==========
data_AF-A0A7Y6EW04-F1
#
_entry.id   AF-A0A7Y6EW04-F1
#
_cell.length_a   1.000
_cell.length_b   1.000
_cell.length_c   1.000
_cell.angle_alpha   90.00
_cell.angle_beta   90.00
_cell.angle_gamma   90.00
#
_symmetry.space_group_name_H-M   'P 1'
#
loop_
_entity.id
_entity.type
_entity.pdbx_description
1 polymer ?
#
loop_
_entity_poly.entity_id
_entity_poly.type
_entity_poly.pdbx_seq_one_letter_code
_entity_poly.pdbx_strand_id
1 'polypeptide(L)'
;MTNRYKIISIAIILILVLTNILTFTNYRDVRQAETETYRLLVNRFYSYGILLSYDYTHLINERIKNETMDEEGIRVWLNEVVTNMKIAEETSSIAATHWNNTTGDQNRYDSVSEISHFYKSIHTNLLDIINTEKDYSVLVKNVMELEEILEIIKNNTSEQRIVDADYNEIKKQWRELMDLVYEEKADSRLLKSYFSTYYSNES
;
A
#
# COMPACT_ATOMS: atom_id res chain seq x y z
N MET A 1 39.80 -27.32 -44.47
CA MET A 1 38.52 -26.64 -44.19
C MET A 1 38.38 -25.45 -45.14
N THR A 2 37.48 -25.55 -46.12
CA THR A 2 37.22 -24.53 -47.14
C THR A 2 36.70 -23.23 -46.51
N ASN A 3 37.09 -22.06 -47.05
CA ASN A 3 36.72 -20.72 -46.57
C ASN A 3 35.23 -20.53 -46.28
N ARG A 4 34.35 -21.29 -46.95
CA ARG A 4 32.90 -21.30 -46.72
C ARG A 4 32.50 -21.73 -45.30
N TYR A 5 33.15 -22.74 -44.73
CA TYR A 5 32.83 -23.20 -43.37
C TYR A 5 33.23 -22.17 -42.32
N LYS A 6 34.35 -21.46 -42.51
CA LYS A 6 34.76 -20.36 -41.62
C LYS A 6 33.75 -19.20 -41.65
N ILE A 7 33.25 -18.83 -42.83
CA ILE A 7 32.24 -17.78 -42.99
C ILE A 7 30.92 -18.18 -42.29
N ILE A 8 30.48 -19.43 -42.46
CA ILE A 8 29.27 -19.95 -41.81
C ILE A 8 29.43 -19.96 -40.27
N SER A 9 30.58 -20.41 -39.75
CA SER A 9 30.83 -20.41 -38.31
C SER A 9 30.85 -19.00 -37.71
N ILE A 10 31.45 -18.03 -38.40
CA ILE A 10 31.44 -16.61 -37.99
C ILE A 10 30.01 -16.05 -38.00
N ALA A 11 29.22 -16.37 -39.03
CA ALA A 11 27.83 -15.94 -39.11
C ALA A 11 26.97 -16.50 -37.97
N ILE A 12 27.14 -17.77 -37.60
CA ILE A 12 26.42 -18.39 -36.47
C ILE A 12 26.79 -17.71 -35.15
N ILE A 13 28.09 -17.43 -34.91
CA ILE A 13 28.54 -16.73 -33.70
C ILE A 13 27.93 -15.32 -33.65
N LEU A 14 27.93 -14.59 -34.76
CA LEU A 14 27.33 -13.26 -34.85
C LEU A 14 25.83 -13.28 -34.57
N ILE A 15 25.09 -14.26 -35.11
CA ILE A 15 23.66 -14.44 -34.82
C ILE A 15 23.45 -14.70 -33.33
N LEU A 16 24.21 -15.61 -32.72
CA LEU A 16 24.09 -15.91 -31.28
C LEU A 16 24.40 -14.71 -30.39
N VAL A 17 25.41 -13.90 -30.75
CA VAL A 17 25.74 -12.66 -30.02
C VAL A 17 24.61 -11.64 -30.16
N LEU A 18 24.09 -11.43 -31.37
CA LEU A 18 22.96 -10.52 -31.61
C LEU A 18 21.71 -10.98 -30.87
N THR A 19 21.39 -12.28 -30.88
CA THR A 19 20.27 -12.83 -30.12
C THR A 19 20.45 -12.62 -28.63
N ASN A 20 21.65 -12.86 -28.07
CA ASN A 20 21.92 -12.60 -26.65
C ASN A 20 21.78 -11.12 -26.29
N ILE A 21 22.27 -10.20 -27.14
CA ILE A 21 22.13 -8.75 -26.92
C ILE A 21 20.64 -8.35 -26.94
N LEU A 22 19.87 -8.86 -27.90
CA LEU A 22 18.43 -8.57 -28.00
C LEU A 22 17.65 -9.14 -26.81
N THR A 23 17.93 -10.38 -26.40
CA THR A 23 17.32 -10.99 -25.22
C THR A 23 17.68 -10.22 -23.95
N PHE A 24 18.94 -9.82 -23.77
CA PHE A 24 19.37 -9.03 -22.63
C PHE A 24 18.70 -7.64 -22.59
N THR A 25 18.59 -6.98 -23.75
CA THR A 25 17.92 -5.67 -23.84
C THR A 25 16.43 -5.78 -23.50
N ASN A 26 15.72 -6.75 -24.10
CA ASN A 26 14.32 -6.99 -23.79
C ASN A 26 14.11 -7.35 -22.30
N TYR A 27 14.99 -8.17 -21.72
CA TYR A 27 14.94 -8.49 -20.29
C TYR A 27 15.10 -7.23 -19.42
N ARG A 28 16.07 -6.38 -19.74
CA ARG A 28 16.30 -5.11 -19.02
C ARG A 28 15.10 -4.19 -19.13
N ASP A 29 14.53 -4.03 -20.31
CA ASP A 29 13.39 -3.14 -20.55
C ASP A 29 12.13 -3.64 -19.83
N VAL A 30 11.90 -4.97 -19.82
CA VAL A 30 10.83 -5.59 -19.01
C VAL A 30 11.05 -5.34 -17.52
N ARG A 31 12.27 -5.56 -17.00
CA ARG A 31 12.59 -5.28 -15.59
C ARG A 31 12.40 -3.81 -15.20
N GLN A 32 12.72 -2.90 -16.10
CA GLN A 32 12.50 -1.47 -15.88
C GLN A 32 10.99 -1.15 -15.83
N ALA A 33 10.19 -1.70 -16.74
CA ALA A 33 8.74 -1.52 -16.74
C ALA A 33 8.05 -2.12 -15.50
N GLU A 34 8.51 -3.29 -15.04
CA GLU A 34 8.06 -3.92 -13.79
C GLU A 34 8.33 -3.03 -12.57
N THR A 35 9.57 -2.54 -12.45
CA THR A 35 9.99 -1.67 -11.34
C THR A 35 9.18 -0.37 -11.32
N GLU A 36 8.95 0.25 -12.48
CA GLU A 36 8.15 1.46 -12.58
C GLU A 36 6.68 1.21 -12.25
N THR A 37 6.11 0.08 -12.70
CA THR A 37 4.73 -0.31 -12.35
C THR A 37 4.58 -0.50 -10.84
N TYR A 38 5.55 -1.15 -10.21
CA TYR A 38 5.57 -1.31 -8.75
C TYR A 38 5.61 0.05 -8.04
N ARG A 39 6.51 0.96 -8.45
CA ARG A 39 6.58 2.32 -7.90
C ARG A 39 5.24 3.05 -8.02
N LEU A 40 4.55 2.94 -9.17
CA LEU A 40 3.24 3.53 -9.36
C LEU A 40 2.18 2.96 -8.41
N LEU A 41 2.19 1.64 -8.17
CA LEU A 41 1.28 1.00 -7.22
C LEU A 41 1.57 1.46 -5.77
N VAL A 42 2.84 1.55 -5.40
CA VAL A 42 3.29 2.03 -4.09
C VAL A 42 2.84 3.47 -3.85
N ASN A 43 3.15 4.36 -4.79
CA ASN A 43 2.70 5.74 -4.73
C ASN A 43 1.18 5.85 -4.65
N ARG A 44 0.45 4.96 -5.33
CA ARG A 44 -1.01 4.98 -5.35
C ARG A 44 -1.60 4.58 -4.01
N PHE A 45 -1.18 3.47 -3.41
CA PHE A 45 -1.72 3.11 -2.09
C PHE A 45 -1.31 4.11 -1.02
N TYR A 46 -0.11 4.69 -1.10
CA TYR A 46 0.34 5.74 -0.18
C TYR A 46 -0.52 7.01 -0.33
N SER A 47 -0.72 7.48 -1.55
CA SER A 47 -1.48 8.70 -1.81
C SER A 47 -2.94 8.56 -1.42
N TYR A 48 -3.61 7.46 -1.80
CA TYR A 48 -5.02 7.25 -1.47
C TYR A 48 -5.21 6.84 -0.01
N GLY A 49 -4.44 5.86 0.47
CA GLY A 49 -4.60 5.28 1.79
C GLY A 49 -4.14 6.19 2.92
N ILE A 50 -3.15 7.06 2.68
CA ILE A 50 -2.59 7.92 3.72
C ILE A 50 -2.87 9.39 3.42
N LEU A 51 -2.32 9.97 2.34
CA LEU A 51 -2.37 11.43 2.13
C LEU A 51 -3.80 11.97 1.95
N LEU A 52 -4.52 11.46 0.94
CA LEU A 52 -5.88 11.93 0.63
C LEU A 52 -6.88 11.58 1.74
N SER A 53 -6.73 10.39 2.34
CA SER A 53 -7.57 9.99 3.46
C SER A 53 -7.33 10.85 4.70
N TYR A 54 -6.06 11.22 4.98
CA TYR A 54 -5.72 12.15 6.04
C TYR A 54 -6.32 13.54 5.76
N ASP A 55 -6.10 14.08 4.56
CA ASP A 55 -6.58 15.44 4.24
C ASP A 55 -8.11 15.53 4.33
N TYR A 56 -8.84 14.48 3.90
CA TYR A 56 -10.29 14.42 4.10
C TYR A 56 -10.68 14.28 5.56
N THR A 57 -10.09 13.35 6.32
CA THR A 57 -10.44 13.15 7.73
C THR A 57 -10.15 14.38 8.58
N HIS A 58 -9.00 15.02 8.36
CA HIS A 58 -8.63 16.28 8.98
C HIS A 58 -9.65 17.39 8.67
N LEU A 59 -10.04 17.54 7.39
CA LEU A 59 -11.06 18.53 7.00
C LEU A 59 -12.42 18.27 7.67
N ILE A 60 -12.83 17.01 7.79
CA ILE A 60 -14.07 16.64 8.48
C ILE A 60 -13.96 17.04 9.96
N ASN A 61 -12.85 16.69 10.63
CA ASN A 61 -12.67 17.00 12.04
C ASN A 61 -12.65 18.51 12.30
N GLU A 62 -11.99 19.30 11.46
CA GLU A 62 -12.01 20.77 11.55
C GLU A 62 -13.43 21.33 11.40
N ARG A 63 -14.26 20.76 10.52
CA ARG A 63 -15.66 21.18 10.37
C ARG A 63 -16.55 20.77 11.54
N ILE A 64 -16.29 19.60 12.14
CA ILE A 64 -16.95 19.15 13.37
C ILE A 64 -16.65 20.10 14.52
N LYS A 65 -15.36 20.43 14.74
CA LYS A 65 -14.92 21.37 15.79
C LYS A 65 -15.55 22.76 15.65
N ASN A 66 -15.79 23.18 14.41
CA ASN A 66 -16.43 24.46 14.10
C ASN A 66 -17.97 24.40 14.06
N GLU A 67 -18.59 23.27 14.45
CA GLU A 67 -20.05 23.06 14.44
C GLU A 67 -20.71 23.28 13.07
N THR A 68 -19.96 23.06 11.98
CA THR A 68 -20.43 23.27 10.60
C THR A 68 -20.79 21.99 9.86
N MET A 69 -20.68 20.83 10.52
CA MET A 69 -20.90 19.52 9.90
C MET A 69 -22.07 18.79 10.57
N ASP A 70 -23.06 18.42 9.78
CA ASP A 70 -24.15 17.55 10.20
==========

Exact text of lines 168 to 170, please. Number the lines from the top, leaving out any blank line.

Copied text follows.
C TYR A 46 -0.52 7.01 -0.33
N SER A 47 -0.72 7.48 -1.55
CA SER A 47 -1.48 8.70 -1.81